Don't get me wrong. I REALLY appreciate TJ's producing (and labeling) GF products. I used these tortillas to make PB&J "sandwiches" for the plane. I had originally thought I'd make hummus wraps, but I was a) running out of time, b) not feeling all that virtuous, and c) the tortillas don't actually ROLL, especially cold. They pretty much snap in half, which is true for just about every corn tortilla I've ever come across, and many flour tortillas too. So, they did serve as an adequate delivery vehicle for my spreads, but it certainly wasn't a use I'd recommend when one is at home with other options. I did try them at home with a beany-tomato-salsa-avocado-lettuce type filling, and I warmed them in the microwavee (with a damp paper towel) for 10 seconds. They still broke in half. For my Mexican food, I'd prefer a nice GF corn tortilla chip and have it be more of a salad/dip sort of affair, rather than a disintegrating burrito.
They DO hold up well to travel stresses. They are just so unappetizing that you hope you have something else to eat. They reminded me of Space Food Sticks in consistency and taste. I LOVED Space Food Sticks as a kid, but the texture and flavor to the adult palette I expect would be a bit lacking. (A quick google of Space Food Sticks reveals that you can still get them, but I didn't check to see if they are gluten free.)
Coincidentally, Consumer Reports recently busted Enjoy Life's Chewy Bars for being very small for the packaging. I didn't think the Nutbutter Crunch variety I had was quite as aggregious, but really not a lot better than the photo below.
For traveling, they can't be beat. They taste as good as their gluteny cousins. The pretzels themselves are sort of little, so they don't seem to suffer much breakage when being tossed about in a tote and jammed into small airplane spaces. They are a definite winner for travel snacks and for just having around the house.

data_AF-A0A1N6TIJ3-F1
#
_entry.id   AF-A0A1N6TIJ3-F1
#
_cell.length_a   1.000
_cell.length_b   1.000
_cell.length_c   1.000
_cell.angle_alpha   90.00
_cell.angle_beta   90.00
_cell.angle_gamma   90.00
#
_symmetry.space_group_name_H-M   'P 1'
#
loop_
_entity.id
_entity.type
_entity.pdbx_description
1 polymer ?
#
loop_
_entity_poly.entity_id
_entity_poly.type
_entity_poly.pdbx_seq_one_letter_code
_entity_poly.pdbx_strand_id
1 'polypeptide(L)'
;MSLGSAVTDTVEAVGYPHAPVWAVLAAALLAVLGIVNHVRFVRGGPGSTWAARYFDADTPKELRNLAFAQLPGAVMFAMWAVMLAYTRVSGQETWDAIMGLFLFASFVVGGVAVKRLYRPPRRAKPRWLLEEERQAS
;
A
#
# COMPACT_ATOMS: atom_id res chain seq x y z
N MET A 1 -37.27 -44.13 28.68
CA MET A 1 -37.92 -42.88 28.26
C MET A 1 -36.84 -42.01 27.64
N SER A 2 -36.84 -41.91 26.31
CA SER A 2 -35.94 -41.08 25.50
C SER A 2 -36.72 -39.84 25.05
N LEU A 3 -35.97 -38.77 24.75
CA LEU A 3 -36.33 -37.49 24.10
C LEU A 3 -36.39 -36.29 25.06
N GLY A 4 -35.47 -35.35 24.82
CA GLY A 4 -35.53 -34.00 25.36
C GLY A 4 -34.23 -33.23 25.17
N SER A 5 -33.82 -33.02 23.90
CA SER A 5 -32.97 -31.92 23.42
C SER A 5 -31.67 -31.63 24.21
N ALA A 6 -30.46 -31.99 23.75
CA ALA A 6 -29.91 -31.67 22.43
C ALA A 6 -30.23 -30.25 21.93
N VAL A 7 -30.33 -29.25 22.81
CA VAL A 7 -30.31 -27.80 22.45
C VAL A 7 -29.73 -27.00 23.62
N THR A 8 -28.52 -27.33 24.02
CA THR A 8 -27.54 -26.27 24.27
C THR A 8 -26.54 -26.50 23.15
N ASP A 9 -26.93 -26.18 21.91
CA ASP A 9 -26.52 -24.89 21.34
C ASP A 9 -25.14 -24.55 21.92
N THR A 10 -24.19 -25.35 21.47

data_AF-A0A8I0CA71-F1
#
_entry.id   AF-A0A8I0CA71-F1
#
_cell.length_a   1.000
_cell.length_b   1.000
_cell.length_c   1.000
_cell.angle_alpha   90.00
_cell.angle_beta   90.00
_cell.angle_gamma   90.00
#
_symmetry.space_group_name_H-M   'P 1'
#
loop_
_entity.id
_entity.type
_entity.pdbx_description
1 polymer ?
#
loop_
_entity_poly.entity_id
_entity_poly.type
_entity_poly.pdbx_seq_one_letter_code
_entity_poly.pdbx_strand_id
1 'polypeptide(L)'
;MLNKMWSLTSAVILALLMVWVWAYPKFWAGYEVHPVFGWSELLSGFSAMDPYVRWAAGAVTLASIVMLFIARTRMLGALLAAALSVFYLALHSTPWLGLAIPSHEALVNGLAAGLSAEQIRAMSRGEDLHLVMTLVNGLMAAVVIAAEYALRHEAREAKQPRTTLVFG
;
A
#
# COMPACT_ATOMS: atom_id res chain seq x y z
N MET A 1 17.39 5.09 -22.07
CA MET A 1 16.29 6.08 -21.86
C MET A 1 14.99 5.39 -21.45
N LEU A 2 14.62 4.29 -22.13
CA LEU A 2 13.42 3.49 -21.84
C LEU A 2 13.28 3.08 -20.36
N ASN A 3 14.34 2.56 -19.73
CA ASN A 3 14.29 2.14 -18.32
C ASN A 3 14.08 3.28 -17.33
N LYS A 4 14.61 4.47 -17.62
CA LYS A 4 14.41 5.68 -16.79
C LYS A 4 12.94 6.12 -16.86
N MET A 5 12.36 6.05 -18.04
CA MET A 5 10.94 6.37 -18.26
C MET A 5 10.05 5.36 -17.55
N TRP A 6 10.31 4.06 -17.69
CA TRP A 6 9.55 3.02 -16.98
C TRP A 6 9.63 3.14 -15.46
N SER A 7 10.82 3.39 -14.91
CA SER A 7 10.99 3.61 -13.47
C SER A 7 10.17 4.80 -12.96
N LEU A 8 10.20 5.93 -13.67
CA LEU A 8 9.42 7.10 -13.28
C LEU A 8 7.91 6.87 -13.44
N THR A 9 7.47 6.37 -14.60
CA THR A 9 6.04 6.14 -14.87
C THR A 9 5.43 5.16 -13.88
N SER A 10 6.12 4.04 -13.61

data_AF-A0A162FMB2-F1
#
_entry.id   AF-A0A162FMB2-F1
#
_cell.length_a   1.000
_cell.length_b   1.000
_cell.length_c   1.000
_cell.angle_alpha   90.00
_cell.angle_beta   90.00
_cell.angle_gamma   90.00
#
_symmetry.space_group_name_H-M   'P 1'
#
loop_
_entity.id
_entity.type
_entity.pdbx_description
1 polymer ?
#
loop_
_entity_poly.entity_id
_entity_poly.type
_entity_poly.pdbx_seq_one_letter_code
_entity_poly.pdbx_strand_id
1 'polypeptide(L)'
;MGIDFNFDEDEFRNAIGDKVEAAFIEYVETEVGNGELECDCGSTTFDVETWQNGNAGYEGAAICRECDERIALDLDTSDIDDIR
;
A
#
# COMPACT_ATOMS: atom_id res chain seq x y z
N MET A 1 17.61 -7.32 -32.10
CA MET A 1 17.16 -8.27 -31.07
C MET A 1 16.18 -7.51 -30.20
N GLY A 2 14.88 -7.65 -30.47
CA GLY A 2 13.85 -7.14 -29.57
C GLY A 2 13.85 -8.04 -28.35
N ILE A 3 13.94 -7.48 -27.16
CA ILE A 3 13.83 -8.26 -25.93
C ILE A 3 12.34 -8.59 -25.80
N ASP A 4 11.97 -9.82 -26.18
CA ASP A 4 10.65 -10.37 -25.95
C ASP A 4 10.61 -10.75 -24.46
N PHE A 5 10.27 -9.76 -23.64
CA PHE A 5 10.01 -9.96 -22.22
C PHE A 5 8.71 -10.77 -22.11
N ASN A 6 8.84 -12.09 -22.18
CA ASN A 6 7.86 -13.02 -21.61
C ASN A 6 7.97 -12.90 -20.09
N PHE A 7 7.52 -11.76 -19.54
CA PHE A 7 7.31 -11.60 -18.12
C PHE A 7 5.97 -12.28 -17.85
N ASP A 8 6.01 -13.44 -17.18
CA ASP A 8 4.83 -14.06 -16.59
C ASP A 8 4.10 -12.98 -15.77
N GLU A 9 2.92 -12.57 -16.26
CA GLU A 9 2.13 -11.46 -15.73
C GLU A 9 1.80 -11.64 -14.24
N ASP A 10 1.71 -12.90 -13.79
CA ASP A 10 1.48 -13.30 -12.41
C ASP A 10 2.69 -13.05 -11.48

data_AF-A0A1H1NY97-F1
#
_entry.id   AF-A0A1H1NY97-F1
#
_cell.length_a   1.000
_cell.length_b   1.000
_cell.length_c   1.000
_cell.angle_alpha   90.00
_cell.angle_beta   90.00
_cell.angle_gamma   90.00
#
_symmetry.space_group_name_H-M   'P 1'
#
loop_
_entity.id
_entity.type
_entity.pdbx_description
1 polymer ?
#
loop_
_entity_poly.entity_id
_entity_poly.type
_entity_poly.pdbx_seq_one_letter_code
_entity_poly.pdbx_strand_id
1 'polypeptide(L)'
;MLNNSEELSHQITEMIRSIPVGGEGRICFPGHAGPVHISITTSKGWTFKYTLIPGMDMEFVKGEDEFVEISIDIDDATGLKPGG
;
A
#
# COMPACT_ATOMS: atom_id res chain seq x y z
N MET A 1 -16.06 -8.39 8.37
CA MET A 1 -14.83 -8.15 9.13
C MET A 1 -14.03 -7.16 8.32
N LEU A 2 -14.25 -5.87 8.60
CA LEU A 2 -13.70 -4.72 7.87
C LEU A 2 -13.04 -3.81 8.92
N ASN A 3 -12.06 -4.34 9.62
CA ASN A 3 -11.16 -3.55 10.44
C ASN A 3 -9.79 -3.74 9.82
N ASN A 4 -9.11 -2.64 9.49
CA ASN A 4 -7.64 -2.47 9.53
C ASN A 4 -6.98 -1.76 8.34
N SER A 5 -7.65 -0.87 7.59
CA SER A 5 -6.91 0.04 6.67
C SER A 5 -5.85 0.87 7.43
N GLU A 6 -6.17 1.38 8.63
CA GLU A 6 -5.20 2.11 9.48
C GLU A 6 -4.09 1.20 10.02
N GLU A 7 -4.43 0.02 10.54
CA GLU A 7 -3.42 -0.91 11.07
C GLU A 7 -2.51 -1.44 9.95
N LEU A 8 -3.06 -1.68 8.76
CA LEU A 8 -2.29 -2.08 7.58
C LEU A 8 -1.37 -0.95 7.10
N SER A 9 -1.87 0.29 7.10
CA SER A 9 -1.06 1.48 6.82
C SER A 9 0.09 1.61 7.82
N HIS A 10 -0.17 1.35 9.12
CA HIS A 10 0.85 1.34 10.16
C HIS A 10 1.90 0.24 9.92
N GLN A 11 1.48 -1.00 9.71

My motto is "always know where your next meal is coming from." I get really agitated if I think I'm going to get trapped somewhere without a good gluten-free option when it's time to eat. In my regular life, I always know either what I'm having next, or I know that where I'm going to be eating has solid GF options. I eat most breakfasts and dinners at home and pack my lunch just about everyday.
So when flyimg across the country with hour+ layovers coming and going, I knew I needed to pack enough provisions to get me through. And I wanted them to be amusing. For the trip, I made some special GF purchases. In coming posts I'll note the winners and losers.
I've been pretty darn strict with my gluten-free compliance. And yet, my anemia is alive and well. From my hematology appointment three months ago to the one a week and a half ago, my hemoglobin dropped from 11.4 to 9.6. I got my first transhfusion in over a year. I go back in a couple of weeks to see how things are going. In the meantime, I had THE WORST period ever. I've been feeling run down, I look pale, feeling light-headed, and I think I'll be getting another transfusion.
I asked my hematologist the obvious question: Shouldn't my small intestine be healed by now so that I can absorb the iron? He said I should take it up with my team at the Celiac Center. I spoke to them. I'll get more blood work to check the celiac antibodies to see if they have changed (for better or for worse) since they were last checked in January. In addition we'll test for folate and iron, both of which I've had a deficiency. Though if I'm getting iron transfusions, I don't know how illuminating that aspect of the test will be. And we'll take it from there. As I understand it, the only real way to know if my small intesting is healed is to do another biopsy. One thing at a time.
I also know that anemia can have many causes. It would just be weird if the symptom that lead to my celiac diagnosis turns out to be caused by something else.